What sets Gen Z-ers apart from others? How are they affected by the COVID-19 pandemic?
Accounting for about 2.47 of nearly eight billion people in the world in 2019, Generation Z has overtaken millennials and Baby Boomers to be the largest generation today.
Born after 1996, Gen Z-ers have been immersed in the digital world their entire lives. With this, they are constantly connected to the world.
While being the largest, millennials are still the dominant group in the four largest economies: China, US, Japan and Germany.
What we know about Gen Z-ers
In their recently published article, Pew Research Center identified some defining characteristics of the American Gen Z-ers based on their previous surveys.
They are the most racially and ethnically diverse generation, with only 52% being non-Hispanic white. The rest of the Gen Z-ers are either Hispanic (25%), Black (14%), Asian (6%), or some other race (5%).
Gen Z-ers are also set to be the best-educated, with 57% enrolled in a two- or four-year college as of 2018.
This generation is the most likely to think that:
- the government should be doing more to address problems (70%),
- to support same-sex marriages (48%), and
- to recognise the society’s lack of acceptance for those who do not identify as a man or woman (50%)
The Gen Z-ers (54%) are only second to millennials (56%) in acknowledging the impact of human activity in climate change.
In general, McKinsey considers the search for truth as the root of all the behaviour of this generation. With that being the case, their support for acting on various societal issues is not surprising.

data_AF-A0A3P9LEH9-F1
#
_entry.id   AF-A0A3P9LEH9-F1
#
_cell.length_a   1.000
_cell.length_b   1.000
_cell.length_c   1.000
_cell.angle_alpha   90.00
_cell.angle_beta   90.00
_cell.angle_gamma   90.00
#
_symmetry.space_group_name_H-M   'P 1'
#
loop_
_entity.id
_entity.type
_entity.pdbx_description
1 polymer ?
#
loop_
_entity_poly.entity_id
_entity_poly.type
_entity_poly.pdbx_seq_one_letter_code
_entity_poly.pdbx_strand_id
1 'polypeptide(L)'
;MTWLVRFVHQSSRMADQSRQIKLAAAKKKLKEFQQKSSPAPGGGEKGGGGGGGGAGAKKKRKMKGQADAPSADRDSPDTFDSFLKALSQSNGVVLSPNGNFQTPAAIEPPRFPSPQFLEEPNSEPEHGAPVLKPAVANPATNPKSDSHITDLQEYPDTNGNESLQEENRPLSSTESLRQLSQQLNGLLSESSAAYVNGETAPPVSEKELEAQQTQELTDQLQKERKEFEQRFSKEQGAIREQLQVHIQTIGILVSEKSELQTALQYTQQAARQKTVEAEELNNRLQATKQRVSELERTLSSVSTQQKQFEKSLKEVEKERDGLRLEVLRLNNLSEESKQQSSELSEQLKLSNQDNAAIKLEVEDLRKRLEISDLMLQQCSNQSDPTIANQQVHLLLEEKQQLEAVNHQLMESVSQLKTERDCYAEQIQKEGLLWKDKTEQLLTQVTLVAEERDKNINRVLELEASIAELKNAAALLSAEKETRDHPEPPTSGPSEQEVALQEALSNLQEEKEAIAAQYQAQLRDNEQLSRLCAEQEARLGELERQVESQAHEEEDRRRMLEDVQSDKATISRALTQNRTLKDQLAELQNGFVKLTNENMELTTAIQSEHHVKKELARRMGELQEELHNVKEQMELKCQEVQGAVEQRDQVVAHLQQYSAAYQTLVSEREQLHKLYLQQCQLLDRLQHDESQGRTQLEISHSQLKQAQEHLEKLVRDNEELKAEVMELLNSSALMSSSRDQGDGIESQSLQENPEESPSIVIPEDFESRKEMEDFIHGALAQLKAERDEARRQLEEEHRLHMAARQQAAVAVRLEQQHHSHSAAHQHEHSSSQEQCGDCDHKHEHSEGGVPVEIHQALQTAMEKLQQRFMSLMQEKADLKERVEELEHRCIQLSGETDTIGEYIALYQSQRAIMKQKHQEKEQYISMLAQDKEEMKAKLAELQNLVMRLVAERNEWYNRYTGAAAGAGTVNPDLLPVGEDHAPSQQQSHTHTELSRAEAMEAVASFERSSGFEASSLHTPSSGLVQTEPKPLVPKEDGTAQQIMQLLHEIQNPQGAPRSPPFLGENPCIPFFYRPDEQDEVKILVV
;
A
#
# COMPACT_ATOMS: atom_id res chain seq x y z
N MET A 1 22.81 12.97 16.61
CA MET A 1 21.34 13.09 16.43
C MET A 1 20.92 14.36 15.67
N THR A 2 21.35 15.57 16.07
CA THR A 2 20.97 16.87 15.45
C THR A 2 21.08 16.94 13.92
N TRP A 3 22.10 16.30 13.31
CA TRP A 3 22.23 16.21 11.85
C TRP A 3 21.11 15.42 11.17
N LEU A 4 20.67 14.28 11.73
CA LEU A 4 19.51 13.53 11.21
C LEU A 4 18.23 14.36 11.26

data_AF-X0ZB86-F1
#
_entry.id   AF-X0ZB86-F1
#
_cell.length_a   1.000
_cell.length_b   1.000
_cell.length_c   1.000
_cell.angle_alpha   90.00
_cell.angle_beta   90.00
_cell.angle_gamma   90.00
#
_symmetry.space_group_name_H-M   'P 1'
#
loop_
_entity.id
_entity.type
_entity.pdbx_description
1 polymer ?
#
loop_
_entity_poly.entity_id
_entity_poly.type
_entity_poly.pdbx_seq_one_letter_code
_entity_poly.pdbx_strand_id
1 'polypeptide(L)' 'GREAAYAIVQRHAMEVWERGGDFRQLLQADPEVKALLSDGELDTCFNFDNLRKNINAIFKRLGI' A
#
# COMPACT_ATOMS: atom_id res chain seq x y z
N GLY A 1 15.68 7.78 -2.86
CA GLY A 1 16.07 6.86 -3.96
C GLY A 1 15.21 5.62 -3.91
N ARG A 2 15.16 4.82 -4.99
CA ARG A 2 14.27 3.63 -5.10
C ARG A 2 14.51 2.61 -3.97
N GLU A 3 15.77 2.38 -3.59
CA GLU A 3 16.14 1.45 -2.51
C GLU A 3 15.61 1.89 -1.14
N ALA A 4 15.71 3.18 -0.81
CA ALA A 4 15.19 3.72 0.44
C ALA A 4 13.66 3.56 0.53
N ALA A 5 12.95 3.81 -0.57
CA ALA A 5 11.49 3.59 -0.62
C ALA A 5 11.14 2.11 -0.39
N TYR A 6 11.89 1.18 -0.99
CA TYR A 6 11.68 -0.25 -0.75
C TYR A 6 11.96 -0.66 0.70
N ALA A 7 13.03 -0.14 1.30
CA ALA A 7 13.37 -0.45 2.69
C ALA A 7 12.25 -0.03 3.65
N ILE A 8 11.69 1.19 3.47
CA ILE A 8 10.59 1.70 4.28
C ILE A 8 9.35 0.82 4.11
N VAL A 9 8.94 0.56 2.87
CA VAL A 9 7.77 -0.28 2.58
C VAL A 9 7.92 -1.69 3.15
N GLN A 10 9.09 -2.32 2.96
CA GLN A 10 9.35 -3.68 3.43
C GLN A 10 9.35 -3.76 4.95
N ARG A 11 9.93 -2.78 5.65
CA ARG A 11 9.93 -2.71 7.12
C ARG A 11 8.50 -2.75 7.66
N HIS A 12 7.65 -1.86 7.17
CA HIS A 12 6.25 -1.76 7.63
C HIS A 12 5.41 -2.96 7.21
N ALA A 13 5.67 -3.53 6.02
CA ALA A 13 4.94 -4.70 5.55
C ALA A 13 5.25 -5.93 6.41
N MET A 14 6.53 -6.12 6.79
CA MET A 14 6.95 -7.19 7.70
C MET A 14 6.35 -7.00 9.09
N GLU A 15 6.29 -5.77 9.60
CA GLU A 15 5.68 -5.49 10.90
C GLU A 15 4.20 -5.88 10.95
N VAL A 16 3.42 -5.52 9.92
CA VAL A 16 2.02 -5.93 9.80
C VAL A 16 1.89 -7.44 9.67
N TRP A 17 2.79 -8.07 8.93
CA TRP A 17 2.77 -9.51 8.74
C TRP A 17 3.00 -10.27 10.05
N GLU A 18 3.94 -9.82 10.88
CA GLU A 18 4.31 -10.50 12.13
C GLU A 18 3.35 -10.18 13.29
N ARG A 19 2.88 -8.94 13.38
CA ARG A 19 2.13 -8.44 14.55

Meanwhile, in her report, Ernst & Young executive director Marcie Merriman identifies self-awareness, persistence, realism, innovation, and self-reliance as the defining attributes of the generation.
Among the effects of the pandemic to this generation can be observed in their mental health. According to the consumer data from Prosper Insights & Analytics, across all generations, they are most likely to report experiencing depression, loneliness, anger, feeling of disconnection, and anxiety due to the COVID-19 lockdown.
The same data also reveals that Gen Z-ers believe that COVID-19 will impact their future purchasing behaviour (50%). They are also the most anxious about contracting the virus (30%) and the most willing to make sacrifices to flatten the curve (59%).
According to Jason Dorsey, president and lead researcher at The Center for Generational Kinetics, older Gen Z-ers are likely to become more risk-averse post-pandemic. This includes choosing to go for more affordable housing or not moving too far away from where they are currently situated.
With the surge in unemployment, older Gen Z-ers, who are in the brink of adulthood may have to change some critical decisions in terms of their career.
As for the younger Gen Z-ers, Dorsey believes that the post-pandemic world might eventually become a positive, since the crisis would have hopefully passed and economies would have recovered by the time they enter college or the workforce.
The pandemic definitely has brought in a lot of uncertainties for the Gen Z. However, if this generation really is driven by realism as research shows them to be, this event would hopefully teach them more of the truths that they would stand for and would guide them to face the future ahead.